Molecular recognition of SARS-CoV-2 spike protein with three essential partners: exploring possible immune escape mechanisms of viral mutants.J Mol Model. 2023 Mar 24; 29(4):109.JM
The COVID-19 epidemic is raging around the world, with the emergence of viral mutant strains such as Delta and Omicron, posing severe challenges to people's health and quality of life. A full understanding life cycle of the virus in host cells helps to reveal inactivation mechanism of antibody and provide inspiration for the development of a new-generation vaccines.
In this work, molecular recognitions and conformational changes of SARS-CoV-2 spike protein mutants (i.e., Delta, Mu, and Omicron) and three essential partners (i.e., membrane receptor hACE2, protease TMPRSS2, and antibody C121) both were compared and analyzed using molecular simulations.
Water basin and binding free energy calculations both show that the three mutants possess higher affinity for hACE2 than WT, exhibiting stronger virus transmission. The descending order of cleavage ability by TMPRSS2 is Mu, Delta, Omicron, and WT, which is related to the new S1/S2 cutting site induced by transposition effect. The inefficient utilization of TMPRSS2 by Omicron is consistent with its primary entry into cells via the endosomal pathway. In addition, RBD-directed antibody C121 showed obvious resistance to Omicron, which may have originated from high fluctuation of approaching angles, high flexibility of I472-F490 loop, and reduced binding ability.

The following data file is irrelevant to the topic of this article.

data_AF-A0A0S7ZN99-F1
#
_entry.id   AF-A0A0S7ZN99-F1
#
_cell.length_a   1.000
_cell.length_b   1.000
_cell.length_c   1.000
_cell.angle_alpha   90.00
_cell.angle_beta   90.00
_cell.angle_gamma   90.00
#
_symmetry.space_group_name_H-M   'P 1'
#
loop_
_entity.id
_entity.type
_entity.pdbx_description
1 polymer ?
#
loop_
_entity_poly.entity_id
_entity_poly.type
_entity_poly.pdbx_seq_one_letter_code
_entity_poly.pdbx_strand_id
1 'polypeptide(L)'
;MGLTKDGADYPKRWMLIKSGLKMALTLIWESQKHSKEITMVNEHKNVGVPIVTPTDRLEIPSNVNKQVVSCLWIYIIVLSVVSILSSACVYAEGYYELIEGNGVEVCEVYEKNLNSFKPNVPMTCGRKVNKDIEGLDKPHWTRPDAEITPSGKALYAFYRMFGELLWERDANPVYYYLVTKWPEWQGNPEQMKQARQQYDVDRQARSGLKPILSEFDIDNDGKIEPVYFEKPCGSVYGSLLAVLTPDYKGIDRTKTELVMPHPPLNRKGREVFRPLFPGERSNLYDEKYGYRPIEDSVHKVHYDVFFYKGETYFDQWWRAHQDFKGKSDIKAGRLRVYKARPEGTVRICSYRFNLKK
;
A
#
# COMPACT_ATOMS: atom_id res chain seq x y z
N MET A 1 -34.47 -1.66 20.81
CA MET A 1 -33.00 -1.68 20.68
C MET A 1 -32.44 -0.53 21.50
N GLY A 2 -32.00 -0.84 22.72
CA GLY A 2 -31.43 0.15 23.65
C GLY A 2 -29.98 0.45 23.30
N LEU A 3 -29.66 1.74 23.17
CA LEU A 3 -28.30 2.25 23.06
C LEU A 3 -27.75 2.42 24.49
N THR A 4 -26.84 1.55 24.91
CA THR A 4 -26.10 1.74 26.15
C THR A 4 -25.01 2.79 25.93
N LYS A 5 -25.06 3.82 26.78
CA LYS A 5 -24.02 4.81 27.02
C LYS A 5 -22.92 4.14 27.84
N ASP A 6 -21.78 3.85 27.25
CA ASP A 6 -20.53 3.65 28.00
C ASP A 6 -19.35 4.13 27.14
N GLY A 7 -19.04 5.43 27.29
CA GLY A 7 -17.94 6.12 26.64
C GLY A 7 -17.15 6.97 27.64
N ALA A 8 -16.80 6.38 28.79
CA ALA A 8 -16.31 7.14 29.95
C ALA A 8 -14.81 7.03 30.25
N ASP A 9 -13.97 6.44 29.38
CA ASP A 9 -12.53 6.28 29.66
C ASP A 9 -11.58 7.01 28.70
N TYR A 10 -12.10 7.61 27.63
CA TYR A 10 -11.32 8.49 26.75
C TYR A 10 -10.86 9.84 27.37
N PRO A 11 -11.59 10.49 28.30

According to the overall characteristics of the three mutants, high infectivity, high immune escape, and low virulence may be the future evolutionary selection of SARS-CoV-2. In a word, this work not only proposes the possible resistance mechanism of SARS-CoV-2 mutants, but also provides theoretical guidance for the subsequent drug design against COVID-19 based on S protein structure.